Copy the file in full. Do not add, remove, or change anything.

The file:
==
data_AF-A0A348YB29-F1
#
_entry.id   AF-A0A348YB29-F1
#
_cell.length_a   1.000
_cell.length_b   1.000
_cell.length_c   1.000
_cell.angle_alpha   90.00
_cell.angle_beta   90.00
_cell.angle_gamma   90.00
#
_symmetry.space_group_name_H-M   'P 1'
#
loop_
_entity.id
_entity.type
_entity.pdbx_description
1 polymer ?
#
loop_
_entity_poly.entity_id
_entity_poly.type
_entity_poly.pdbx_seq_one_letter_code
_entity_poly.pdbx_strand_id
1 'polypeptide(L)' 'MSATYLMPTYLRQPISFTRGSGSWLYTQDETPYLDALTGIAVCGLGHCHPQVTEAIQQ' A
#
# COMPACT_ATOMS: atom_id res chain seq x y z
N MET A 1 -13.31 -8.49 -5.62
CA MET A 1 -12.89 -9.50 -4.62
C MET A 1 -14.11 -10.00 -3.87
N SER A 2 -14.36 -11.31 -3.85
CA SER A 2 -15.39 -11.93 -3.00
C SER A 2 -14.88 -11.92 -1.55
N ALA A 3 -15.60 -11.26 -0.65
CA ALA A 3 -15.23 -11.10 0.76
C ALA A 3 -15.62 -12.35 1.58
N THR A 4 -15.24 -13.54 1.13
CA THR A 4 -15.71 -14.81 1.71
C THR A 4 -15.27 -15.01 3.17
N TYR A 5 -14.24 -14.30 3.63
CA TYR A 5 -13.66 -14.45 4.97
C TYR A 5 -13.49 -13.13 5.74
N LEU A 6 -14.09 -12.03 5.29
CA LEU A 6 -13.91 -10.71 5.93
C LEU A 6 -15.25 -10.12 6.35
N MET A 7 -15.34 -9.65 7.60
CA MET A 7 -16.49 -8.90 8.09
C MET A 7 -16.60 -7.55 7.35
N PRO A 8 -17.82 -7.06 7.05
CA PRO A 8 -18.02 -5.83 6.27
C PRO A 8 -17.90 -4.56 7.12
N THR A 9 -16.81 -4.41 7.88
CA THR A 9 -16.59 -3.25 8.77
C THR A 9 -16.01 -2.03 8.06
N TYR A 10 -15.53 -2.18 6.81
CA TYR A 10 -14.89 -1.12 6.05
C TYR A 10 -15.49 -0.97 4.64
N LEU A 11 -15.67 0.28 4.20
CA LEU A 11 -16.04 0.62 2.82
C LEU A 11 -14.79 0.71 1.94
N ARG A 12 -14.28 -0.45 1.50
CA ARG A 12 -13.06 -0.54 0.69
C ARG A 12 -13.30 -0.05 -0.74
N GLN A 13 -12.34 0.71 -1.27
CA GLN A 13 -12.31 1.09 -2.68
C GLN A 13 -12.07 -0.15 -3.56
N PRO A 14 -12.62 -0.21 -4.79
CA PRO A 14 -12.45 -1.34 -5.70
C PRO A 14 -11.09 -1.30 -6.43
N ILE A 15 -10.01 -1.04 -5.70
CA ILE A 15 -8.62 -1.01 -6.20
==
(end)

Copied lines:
data_AF-A0A348YB29-F1
#
_entry.id   AF-A0A348YB29-F1
#
_cell.length_a   1.000
_cell.length_b   1.000
_cell.length_c   1.000
_cell.angle_alpha   90.00
_cell.angle_beta   90.00
_cell.angle_gamma   90.00
#
_symmetry.space_group_name_H-M   'P 1'
#
loop_
_entity.id
_entity.type
_entity.pdbx_description
1 polymer ?
#
loop_
_entity_poly.entity_id
_entity_poly.type
_entity_poly.pdbx_seq_one_letter_code
_entity_poly.pdbx_strand_id
1 'polypeptide(L)' 'MSATYLMPTYLRQPISFTRGSGSWLYTQDETPYLDALTGIAVCGLGHCHPQVTEAIQQ' A
#
# COMPACT_ATOMS: atom_id res chain seq x y z
N MET A 1 -13.31 -8.49 -5.62
CA MET A 1 -12.89 -9.50 -4.62
C MET A 1 -14.11 -10.00 -3.87
N SER A 2 -14.36 -11.31 -3.85
CA SER A 2 -15.39 -11.93 -3.00
C SER A 2 -14.88 -11.92 -1.55
N ALA A 3 -15.60 -11.26 -0.65
CA ALA A 3 -15.23 -11.10 0.76
C ALA A 3 -15.62 -12.35 1.58
N THR A 4 -15.24 -13.54 1.13
CA THR A 4 -15.71 -14.81 1.71
C THR A 4 -15.27 -15.01 3.17
N TYR A 5 -14.24 -14.30 3.63
CA TYR A 5 -13.66 -14.45 4.97
C TYR A 5 -13.49 -13.13 5.74
N LEU A 6 -14.09 -12.03 5.29
CA LEU A 6 -13.91 -10.71 5.93
C LEU A 6 -15.25 -10.12 6.35
N MET A 7 -15.34 -9.65 7.60
CA MET A 7 -16.49 -8.90 8.09
C MET A 7 -16.60 -7.55 7.35
N PRO A 8 -17.82 -7.06 7.05
CA PRO A 8 -18.02 -5.83 6.27
C PRO A 8 -17.90 -4.56 7.12
N THR A 9 -16.81 -4.41 7.88
CA THR A 9 -16.59 -3.25 8.77
C THR A 9 -16.01 -2.03 8.06
N TYR A 10 -15.53 -2.18 6.81
CA TYR A 10 -14.89 -1.12 6.05
C TYR A 10 -15.49 -0.97 4.64
N LEU A 11 -15.67 0.28 4.20
CA LEU A 11 -16.04 0.62 2.82
C LEU A 11 -14.79 0.71 1.94
N ARG A 12 -14.28 -0.45 1.50
CA ARG A 12 -13.06 -0.54 0.69
C ARG A 12 -13.30 -0.05 -0.74
N GLN A 13 -12.34 0.71 -1.27
CA GLN A 13 -12.31 1.09 -2.68
C GLN A 13 -12.07 -0.15 -3.56
N PRO A 14 -12.62 -0.21 -4.79
CA PRO A 14 -12.45 -1.34 -5.70
C PRO A 14 -11.09 -1.30 -6.43
N ILE A 15 -10.01 -1.04 -5.70
CA ILE A 15 -8.62 -1.01 -6.20